U.S. President Donald Trump did not hold an iftar event at the White House to celebrate the end of Ramadan, defying a tradition that began over 200 years ago.
The first iftar at the White House was held in 1805, when Thomas Jefferson hosted the first Muslim ambassador to the U.S.
Iftars have become a yearly occurrence at the White House since the Bill Clinton administration.
Secretary of State Rex Tillerson reportedly rejected a request from his department's office of religion and global affairs to hold a Ramadan (Eid al-Fitr) event.
President Trump's statement on the eve of Eid al-Fitr was, "On behalf of the American people, Melania and I send our warm greetings to Muslims as they celebrate Eid al-Fitr. During this holiday, we are reminded of the importance of mercy, compassion, and goodwill. With Muslims around the world, the United States renews our commitment to honor these values."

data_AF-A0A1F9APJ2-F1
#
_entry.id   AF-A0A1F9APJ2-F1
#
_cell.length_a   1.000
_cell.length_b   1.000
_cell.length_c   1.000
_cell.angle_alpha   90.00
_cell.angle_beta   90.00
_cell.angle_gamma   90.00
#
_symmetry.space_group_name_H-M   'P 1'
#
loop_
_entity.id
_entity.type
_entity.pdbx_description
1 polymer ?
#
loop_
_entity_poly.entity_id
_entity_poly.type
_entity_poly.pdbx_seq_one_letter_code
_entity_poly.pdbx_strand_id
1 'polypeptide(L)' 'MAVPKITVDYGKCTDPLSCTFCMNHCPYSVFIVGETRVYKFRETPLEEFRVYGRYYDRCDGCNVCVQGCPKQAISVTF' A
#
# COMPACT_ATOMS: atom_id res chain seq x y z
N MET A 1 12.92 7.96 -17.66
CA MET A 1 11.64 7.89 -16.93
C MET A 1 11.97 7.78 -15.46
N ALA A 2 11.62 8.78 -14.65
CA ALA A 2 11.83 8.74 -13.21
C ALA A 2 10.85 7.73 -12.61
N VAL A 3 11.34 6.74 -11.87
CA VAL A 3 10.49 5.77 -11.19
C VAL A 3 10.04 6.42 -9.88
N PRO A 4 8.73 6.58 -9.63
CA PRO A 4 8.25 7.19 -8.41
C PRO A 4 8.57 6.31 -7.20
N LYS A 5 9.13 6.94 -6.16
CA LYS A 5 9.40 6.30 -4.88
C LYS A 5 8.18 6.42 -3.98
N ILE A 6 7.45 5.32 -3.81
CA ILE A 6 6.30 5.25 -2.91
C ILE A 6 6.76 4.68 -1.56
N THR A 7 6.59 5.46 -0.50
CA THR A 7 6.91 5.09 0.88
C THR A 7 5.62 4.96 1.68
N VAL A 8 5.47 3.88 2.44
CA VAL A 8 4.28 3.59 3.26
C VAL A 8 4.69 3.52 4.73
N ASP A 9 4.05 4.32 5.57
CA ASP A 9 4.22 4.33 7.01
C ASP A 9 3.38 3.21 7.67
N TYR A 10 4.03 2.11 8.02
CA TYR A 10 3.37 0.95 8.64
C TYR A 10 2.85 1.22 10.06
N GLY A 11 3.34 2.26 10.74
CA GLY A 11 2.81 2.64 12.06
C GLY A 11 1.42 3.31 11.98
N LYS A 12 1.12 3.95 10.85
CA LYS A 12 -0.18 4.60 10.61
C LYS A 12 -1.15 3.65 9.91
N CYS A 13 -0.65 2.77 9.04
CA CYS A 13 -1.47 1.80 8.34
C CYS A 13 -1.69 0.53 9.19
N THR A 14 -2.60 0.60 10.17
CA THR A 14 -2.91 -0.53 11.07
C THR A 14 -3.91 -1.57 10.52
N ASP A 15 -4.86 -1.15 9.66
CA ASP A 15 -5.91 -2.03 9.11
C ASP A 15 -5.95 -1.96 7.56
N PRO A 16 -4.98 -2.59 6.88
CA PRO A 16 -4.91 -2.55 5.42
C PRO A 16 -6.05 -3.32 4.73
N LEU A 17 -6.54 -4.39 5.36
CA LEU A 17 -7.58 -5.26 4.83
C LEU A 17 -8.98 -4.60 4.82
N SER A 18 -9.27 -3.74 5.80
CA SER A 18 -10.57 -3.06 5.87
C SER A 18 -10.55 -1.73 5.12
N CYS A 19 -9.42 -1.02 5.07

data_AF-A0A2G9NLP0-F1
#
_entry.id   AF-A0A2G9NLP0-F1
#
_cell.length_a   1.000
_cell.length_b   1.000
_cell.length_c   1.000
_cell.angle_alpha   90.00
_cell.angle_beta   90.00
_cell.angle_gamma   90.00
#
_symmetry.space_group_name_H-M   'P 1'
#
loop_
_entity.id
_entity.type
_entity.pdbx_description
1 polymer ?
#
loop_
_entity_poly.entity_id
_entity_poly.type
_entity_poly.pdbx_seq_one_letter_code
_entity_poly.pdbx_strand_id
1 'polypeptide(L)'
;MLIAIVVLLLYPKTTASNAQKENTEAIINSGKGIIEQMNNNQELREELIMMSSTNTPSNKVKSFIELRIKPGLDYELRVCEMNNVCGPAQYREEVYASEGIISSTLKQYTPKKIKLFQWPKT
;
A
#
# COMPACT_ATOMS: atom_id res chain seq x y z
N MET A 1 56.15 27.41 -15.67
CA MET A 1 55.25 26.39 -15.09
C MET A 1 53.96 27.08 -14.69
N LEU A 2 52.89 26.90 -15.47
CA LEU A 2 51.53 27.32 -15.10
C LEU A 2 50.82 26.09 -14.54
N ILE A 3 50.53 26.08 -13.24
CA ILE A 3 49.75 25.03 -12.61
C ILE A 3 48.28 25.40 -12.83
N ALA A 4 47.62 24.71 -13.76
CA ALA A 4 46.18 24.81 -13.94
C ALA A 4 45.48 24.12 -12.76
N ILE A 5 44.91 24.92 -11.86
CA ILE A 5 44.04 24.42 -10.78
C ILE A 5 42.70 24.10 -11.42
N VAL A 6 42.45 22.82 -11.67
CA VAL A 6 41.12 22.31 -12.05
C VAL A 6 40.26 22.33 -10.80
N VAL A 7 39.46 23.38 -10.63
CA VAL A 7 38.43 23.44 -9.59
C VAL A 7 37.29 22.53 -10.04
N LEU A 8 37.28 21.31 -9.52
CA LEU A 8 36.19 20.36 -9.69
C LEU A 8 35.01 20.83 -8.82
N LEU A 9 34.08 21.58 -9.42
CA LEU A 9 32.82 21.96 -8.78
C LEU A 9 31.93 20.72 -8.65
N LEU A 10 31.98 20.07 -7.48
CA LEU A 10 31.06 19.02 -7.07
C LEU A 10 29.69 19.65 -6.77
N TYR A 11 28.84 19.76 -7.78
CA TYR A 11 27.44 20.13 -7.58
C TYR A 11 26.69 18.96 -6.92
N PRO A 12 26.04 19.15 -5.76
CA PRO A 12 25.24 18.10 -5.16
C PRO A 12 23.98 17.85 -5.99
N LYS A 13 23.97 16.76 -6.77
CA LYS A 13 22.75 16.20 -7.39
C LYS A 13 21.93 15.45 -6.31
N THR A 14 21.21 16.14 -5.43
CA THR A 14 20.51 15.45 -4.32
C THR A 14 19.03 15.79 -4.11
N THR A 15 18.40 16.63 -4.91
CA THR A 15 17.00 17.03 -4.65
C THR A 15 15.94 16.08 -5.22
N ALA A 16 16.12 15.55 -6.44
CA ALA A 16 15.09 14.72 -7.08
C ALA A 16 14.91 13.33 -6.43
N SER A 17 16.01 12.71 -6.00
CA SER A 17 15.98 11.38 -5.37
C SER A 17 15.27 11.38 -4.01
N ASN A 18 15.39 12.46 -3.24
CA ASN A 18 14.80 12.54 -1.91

After rhetoric on the campaign trail that was criticized for being overtly anti-Islamic, Trump softened his tone during a visit to Saudi Arabia last month, abandoning the idea of conflict between religions to present this as a war on terror instead.
Commentators noted the contrast with former President Barack Obama's message on the occasion of Eid al-Fitr, which warned against the "rise in attacks against Muslim Americans," adding that "Muslim Americans have been part of our American family since its founding."
American Muslims had been hoping that an iftar event at the White House would be a symbolic moment of reconciliation with the Muslim community, which is experiencing the highest level of hate crimes since the Twin Towers attack in 2001.
Historians note that the first Muslims arrived in North America in the 17th century, coming from West Africa and eventually making up more than 15 percent of the slaves in British America. Middle Eastern Muslims first began to arrive in the late 19th century.